Astana, October 16: Kazakhstan has moved up seven places to 49th positionout of 185 economies reviewed in the World Bank annual survey:
“Doing Business2013: Smarter Regulations for Small and Medium-Size Enterprises”.
The tenth edition in the “Doing Business” series, the
2013 report compares business regulation across 185 economies worldwide, by
assessing how domestic companies are impacted by regulation across ten key
areas including starting a business, getting credit, protecting investors and
Kazakhstan is among the ten countries showing most
improvement since last year. Poland gained the top position on this scale, for
four regulatory reforms making it easier to register property, pay taxes,
enforce contracts and resolve insolvency. The other economies showing the most
improvement in ease of doing business were Burundi, Costa Rica, Greece,
Mongolia, Serbia, Sri Lanka, Ukraine and Uzbekistan.
In the regional listing for Central Europe and Central
Asia, Kazakhstan ranked seventh out of 24 economies for ease of doing business.
The highest ranking achieved by Kazakhstan on any of the ten measures was tenth
place for the protection of investors (unchanged from last year), while most
progress was made on the measure relating to starting a business, where
Kazakhstan moved to 25th place from 55th, on the strength of abolishing the
minimum capital requirement.
Strong improvement was also registered on the ease of
getting credit, where Kazakhstan advanced to 83rd position from 97th the
previous year, as a result of a new law changing the regulation of the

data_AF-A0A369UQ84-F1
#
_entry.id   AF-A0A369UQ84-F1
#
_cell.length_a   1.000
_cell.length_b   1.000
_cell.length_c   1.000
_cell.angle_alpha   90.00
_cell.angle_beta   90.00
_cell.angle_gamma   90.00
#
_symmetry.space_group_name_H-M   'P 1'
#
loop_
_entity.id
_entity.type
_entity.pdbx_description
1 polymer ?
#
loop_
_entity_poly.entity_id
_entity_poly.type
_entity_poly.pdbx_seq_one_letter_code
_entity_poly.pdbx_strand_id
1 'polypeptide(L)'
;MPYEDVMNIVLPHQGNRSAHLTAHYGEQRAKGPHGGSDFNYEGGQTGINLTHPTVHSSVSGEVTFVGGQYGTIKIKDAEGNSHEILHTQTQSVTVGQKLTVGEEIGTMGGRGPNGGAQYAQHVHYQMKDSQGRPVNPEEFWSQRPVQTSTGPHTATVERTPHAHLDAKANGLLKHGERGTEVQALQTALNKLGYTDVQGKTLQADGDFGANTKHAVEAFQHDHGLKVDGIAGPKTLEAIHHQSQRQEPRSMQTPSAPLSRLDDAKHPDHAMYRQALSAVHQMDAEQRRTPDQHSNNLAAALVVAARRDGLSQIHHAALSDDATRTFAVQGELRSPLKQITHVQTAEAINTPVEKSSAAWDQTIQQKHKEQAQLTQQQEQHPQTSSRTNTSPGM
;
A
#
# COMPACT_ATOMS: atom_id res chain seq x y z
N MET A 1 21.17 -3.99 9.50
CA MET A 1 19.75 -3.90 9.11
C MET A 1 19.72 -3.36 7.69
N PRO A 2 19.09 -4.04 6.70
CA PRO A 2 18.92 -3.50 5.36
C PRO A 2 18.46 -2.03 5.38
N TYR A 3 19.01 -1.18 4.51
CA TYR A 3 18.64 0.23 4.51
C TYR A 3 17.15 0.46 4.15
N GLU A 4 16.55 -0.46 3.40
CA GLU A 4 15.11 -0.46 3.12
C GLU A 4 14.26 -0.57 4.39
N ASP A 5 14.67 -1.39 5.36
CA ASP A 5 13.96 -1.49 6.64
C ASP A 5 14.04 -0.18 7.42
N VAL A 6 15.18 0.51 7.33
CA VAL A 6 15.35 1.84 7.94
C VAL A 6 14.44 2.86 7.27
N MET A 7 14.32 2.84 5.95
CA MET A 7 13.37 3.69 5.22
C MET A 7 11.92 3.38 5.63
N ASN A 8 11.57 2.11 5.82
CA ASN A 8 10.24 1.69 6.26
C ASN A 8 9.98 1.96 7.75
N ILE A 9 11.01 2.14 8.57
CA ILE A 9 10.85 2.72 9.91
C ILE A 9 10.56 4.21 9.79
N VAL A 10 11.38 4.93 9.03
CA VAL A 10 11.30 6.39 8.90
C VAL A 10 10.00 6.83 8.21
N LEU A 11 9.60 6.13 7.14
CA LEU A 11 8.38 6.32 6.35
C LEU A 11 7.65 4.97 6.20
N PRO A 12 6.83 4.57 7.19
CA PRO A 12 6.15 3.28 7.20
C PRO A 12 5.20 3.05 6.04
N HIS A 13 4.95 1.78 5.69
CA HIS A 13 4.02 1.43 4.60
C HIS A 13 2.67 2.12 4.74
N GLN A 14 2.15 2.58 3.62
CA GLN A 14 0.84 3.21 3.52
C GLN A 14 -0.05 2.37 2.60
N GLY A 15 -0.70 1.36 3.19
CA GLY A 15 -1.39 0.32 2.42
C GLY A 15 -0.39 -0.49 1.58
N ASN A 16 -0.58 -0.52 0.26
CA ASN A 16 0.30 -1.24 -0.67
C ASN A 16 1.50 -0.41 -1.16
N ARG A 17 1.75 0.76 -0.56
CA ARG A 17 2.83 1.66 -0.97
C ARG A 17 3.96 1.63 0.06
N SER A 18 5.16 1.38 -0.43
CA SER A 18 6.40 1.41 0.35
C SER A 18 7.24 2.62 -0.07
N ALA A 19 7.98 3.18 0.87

rehabilitation procedure under bankruptcy legislation and specifying several
conditions under which secured creditors can apply for relief during the
There was a marginal improvement to 80th place from
81st in relation to the ease of getting electricity, while Kazakhstan retained
an unchanged 28th place on two other key parameters: registering property and
Singapore topped the ranking as the easiest place in
the world to do business for the seventh consecutive year, followed by Hong
Kong SAR, China, New Zealand, the United States and Denmark. Georgia was a new
entrant to the top ten.
Over the ten years spanned by the series, 80 economies
have implemented close to 2,000 business regulation reforms, two-thirds of
which have aimed at reducing the cost and complexity of regulatory processes.
Eastern Europe and Central Asia is the region which has implemented most
improvements, to overtake East Asia and the Pacific as the world’s second most
The World Bank reports that a growing body of research
has mapped the positive effects of simpler business regulation on a range of
economic outcomes, such as job creation and a faster pace of new business